Because so many expenses tend to accumulate, it's no surprise that most people want to make the most of every opportunity for obtaining financial help and benefits. One of the questions you may be asking yourself is, "Can I still get Social Security Disability (SSD) benefits if I'm already receiving workers' compensation benefits?"

Minimizing the risk that your SSDI claim will be denied

Social Security Disability Insurance is a safety net that nearly every working American should have access to if they need it. Unfortunately, the vast majority of SSDI claims are denied the first time they are submitted.

There are multiple opportunities to appeal a denied claim, but this takes considerable time and energy. If you know the common reasons why claims get denied, you may be able to prevent some of these missteps.

Providing some insight on lupus, a debilitating autoimmune disease

Statistics show that as many as 1.5 Americans are currently living with lupus and that there are over 16,000 new cases of this debilitating disease diagnosed here in the U.S. every year. Yet despite the prevalence of this condition, many people across the nation know relatively little about what it is and how it is treated.

In recognition of this reality, today's post -- the first in a series -- will outline some basic information about lupus in the hopes of helping the public understand more about this sometimes life-threatening disease.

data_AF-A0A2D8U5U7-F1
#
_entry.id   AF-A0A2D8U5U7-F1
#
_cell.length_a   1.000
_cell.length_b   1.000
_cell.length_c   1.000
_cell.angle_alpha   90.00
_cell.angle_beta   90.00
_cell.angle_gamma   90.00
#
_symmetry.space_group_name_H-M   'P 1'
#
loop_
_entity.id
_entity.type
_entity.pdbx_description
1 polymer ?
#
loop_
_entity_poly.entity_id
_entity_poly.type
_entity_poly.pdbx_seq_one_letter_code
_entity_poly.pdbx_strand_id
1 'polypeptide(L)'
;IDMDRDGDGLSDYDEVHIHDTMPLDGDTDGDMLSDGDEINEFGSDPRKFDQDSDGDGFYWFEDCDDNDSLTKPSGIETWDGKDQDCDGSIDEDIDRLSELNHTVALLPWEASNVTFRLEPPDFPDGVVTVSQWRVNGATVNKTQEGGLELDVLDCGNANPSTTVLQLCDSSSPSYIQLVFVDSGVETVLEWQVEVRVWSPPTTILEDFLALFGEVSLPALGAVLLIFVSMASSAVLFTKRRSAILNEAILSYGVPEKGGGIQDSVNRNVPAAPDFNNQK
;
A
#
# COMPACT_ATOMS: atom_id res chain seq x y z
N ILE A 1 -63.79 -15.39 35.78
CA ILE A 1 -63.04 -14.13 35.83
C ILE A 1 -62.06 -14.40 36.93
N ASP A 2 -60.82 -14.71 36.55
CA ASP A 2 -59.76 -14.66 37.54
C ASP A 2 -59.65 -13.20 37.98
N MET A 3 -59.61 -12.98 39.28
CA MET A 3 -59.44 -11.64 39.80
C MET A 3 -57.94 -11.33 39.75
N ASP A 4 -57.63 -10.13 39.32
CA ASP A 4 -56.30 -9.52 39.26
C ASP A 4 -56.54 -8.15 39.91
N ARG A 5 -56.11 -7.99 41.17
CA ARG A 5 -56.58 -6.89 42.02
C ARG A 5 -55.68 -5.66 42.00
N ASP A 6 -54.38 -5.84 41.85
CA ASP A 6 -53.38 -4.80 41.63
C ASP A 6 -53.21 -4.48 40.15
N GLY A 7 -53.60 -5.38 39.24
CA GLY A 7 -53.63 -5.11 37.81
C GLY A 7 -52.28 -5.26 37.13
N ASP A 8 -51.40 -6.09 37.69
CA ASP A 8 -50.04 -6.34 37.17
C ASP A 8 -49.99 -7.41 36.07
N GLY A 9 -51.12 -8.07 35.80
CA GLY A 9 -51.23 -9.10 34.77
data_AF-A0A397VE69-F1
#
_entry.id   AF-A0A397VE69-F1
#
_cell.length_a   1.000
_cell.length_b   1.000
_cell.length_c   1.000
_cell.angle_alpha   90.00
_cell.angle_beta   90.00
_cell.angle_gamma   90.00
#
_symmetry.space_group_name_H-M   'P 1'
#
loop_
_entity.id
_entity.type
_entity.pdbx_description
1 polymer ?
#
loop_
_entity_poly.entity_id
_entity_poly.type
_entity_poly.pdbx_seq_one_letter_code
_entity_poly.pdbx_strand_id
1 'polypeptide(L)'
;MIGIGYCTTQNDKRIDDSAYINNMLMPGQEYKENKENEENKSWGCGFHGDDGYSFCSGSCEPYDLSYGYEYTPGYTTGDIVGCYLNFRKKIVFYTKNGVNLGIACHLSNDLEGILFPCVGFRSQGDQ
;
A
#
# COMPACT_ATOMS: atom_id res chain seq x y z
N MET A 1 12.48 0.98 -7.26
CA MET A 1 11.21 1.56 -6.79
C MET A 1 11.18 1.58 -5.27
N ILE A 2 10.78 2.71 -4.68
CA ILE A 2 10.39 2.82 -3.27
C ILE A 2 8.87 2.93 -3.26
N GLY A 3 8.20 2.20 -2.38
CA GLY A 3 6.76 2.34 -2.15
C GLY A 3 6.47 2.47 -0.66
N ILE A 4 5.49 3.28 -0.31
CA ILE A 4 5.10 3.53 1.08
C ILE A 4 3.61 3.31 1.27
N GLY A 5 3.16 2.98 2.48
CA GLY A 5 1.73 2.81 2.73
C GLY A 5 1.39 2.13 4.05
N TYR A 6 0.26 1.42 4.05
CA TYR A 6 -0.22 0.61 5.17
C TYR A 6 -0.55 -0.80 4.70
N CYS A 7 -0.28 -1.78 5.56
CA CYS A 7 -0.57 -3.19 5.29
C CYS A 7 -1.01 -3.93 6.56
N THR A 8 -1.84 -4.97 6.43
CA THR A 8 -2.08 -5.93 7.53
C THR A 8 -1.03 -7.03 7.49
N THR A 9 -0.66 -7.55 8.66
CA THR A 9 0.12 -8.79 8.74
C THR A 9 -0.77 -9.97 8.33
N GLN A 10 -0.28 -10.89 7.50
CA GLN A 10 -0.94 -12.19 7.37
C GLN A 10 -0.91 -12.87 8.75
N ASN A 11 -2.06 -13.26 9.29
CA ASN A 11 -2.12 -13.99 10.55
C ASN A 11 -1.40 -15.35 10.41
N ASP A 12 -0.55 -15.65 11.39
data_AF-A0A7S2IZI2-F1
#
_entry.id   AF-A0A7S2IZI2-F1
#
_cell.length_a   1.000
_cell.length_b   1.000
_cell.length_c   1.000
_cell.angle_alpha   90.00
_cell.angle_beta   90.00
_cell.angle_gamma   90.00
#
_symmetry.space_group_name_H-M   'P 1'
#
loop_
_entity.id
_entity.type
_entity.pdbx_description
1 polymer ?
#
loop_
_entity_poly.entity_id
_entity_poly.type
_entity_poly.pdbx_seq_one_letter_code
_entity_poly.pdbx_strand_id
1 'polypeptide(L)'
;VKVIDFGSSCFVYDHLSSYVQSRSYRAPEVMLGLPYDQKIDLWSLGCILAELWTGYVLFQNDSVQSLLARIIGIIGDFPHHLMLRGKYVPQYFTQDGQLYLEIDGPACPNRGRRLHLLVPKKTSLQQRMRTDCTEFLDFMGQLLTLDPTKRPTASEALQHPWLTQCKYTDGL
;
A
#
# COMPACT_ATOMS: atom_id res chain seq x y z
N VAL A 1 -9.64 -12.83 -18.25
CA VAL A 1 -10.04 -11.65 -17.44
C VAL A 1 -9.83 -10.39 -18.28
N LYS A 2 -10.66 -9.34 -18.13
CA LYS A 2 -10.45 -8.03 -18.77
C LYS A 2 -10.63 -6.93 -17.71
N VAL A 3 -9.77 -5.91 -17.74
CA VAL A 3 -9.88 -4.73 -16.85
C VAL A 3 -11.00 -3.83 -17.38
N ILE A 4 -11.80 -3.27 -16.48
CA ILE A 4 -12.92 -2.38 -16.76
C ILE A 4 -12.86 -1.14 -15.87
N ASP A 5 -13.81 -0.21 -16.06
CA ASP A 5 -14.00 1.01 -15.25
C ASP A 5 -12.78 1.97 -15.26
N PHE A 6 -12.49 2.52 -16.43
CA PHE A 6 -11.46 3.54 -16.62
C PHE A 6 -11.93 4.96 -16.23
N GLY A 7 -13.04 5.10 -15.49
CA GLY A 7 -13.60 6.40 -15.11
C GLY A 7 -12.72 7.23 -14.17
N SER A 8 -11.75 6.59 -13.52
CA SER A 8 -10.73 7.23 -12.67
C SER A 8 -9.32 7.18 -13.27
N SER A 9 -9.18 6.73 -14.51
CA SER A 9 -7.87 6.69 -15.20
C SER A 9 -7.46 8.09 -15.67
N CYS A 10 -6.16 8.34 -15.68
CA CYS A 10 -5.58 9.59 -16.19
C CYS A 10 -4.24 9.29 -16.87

Lupus: An overview

In general, the body's immune system wards off germs, bacteria and viruses through proteins commonly known as antibodies. In people diagnosed with lupus, which is classified as an autoimmune disease, their immune systems and the antibodies they produce are unable to differentiate between the healthy tissues of the human body, and germs, bacteria and viruses.   

Who makes the decisions about disability benefits? - III

In today's post, we'll conclude our ongoing discussion regarding what officials are responsible for making the decision as to whether a person is disabled and what they take into consideration when making this decision.

It's our sincere hope that these last few posts have helped shed some much-needed light on a process that can see mysterious and even a bit intimidating to the average person.

What's the next step after the DDS finds my condition "significantly limits" my work activities?

If the officials with the Texas Department of Assistive and Rehabilitative Services' Division for Disability Determination Services find your condition to be severe, they will proceed to determine whether your medical condition is on the List of Impairments.

Who makes the decisions about disability benefits? - II

In our last post, we discussed how even though the process of securing Social Security disability benefits might seem incredibly complex thanks to the myriad considerations and arcane language, the underlying question is always the same in every case: Are you disabled?

We also started discussing what officials are responsible for making these disability decisions and what matters are taken into consideration when making these decisions.

Where does the DDS start when making its disability determination?

As we discussed last time, the Texas Department of Assistive and Rehabilitative Services' Division for Disability Determination Services, located in Austin, is the state agency tasked with making disability determinations.

The first inquiry made by the DDS relates to whether you are working and, if so, how much you are earning.